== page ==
DOE sees P4.9-T green energy transition investments for PH

In line with the Philippine government’s decarbonization commitment to the 26th Conference of the Parties (COP) Climate Change Summit, the Department of Energy (DOE) has projected of more than P4.874 trillion worth of "green investments" that could be rolled out in the country.

According to Energy Undersecretary Felix William B. Fuentebella, who was the DOE’s representative in the recently concluded COP 26 summit in Glasgow, Scotland, green investments would be spread across renewable energy (RE) installations, biofuel facilities, and deployment of energy efficiency technologies. This excludes potential investment in the electrification of the transport sector that is still undergoing re-assessment.

For RE investments, in particular, the DOE calculated that this would bring in P4.74 trillion worth of fresh capital in the entire energy sector – including pre-development ventures that may reach P25.3 billion; while the power plants to be constructed will corner P4.72 trillion.

“As the country transitions in the direction of utilizing clean energy fuels and technologies, the total investment required is P4.74 trillion of RE projects,” the energy official stressed.

On scaling up biofuel ventures, Fuentebella noted that the targeted investments will reach P118.9 billion, comprising of P114.1 billion for bioethanol, and P4.8 billion for biodiesel facilities.

The invigorated goals to ramp up biofuel ventures in the country will not only help reduce carbon emissions, but will also aid greatly in providing income-generating opportunities for Filipino farmers.

"The DOE also works on the expansion of biofuels application in support to the government’s thrust of lessening dependence on fossil-based fuels to improve public health and quality of the environment,” the energy official stated.

The energy efficiency and conservation (EE&C) space will likewise stimulate massive capital influx in the country’s energy sector. The ; and on DOE’s estimates, that already cornered P15.9 billion worth of investments as of April this year.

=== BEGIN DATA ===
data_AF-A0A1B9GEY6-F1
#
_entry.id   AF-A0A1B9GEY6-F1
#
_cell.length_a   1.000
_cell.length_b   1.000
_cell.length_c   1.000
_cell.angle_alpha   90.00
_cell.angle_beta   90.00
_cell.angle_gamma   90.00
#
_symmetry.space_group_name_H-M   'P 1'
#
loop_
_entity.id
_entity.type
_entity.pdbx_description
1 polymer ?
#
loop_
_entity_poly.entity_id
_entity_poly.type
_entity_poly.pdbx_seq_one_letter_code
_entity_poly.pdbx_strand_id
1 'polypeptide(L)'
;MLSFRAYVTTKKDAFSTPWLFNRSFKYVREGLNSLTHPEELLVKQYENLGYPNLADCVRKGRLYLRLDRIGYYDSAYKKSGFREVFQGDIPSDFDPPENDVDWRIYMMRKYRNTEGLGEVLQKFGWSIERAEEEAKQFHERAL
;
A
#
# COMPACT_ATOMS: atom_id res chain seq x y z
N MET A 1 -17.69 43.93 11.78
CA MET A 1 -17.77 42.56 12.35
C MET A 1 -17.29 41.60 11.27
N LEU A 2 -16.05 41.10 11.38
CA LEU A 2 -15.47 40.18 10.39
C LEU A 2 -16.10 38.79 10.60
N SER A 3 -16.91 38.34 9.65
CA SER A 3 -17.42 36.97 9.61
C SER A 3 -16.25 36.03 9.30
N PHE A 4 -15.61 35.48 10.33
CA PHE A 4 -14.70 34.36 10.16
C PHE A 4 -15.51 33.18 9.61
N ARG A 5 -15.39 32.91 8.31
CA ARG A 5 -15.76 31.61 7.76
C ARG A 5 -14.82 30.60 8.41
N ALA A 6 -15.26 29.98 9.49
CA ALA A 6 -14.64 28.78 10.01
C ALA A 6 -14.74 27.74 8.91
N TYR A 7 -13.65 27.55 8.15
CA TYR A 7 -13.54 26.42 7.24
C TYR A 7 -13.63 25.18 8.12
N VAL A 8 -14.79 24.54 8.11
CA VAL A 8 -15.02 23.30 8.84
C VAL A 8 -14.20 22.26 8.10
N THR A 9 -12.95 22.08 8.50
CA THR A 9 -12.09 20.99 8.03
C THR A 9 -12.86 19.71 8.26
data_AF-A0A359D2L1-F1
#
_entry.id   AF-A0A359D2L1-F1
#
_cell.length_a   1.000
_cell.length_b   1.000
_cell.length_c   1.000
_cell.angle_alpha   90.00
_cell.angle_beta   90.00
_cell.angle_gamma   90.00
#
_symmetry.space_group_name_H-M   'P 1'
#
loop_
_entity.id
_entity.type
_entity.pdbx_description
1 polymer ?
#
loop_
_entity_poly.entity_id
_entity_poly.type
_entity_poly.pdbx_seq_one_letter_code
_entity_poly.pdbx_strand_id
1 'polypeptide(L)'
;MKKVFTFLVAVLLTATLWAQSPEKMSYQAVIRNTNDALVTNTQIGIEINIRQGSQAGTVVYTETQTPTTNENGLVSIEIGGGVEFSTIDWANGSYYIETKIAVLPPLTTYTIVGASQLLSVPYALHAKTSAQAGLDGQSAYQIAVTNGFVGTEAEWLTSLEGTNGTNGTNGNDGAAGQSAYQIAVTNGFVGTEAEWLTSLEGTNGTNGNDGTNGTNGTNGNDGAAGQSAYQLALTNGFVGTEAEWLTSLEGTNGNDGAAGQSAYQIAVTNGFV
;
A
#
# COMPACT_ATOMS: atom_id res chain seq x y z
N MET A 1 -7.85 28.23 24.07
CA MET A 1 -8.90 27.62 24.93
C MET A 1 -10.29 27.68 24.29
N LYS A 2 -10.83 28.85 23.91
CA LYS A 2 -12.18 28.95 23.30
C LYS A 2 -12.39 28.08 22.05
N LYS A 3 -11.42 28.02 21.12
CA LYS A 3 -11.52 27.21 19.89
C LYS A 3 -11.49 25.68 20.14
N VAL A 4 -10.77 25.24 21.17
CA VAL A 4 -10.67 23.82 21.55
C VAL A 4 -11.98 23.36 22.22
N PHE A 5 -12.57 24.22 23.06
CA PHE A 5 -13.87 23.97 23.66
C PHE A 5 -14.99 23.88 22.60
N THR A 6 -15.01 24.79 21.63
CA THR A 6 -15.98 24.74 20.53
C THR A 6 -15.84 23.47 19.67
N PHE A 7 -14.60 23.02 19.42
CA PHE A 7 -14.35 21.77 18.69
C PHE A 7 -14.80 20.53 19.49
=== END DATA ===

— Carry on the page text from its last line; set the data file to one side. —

Fuentebella explained that EE&C investment flows “were made possible through the projects of designated establishments and energy service companies (ESCOs) covering technologies, such as efficient lighting, water-cooled packaged airconditiong system and high efficiency motors.”

The next terrain of investments being accelerated by the DOE is with electric vehicles (EVs) or electric mobility, including its loop of infrastructure support such as charging stations; and commercial-scale rollout is eyed mainly for the public transport segment, including motorcycles and jeepneys.

“The required investment for electric vehicles has not been taken into account since the Comprehensive EV Roadmap has yet to be developed,” Fuentebella said.

In that regard, the energy official indicated that the DOE is enthusiastically lobbying for the approval of the EV Act, with him adding that “once that is enacted into law, it will provide a clear direction on the national energy policy and regulatory framework on the use of the EVs.”

For the longer term carbon footprints reduction ambition of the country, the DOE emphasized that it is “looking at hydrogen as another viable and a cleaner source of energy.”

Fuentebella said there are studies, plans and initiatives as well as collaborative activities – including two memorandum of understanding with Japanese and Australian firms – with regards to hydrogen technology. He qualified though that “we have yet to see direct investments or potential on the said resource.”